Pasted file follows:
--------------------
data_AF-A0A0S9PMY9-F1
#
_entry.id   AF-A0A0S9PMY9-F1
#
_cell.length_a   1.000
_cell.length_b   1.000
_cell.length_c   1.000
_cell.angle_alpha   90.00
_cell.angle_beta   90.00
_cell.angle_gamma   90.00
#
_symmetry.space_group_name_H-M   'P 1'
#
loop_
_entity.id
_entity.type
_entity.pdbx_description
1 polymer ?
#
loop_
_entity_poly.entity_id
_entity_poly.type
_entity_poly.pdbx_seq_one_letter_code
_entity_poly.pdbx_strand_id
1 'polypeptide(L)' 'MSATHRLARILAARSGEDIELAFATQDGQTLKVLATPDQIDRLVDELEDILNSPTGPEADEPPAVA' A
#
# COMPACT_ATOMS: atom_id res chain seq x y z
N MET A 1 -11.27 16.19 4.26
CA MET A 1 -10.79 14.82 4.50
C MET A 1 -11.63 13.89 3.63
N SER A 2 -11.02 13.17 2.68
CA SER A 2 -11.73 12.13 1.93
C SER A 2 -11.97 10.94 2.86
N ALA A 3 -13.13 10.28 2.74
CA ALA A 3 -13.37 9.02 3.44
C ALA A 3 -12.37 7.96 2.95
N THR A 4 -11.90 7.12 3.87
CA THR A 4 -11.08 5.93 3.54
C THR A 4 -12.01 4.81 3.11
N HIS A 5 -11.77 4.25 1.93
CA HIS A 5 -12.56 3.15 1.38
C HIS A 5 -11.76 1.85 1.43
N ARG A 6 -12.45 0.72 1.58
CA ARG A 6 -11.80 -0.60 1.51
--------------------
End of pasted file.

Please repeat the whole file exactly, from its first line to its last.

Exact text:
data_AF-A0A0S9PMY9-F1
#
_entry.id   AF-A0A0S9PMY9-F1
#
_cell.length_a   1.000
_cell.length_b   1.000
_cell.length_c   1.000
_cell.angle_alpha   90.00
_cell.angle_beta   90.00
_cell.angle_gamma   90.00
#
_symmetry.space_group_name_H-M   'P 1'
#
loop_
_entity.id
_entity.type
_entity.pdbx_description
1 polymer ?
#
loop_
_entity_poly.entity_id
_entity_poly.type
_entity_poly.pdbx_seq_one_letter_code
_entity_poly.pdbx_strand_id
1 'polypeptide(L)' 'MSATHRLARILAARSGEDIELAFATQDGQTLKVLATPDQIDRLVDELEDILNSPTGPEADEPPAVA' A
#
# COMPACT_ATOMS: atom_id res chain seq x y z
N MET A 1 -11.27 16.19 4.26
CA MET A 1 -10.79 14.82 4.50
C MET A 1 -11.63 13.89 3.63
N SER A 2 -11.02 13.17 2.68
CA SER A 2 -11.73 12.13 1.93
C SER A 2 -11.97 10.94 2.86
N ALA A 3 -13.13 10.28 2.74
CA ALA A 3 -13.37 9.02 3.44
C ALA A 3 -12.37 7.96 2.95
N THR A 4 -11.90 7.12 3.87
CA THR A 4 -11.08 5.93 3.54
C THR A 4 -12.01 4.81 3.11
N HIS A 5 -11.77 4.25 1.93
CA HIS A 5 -12.56 3.15 1.38
C HIS A 5 -11.76 1.85 1.43
N ARG A 6 -12.45 0.72 1.58
CA ARG A 6 -11.80 -0.60 1.51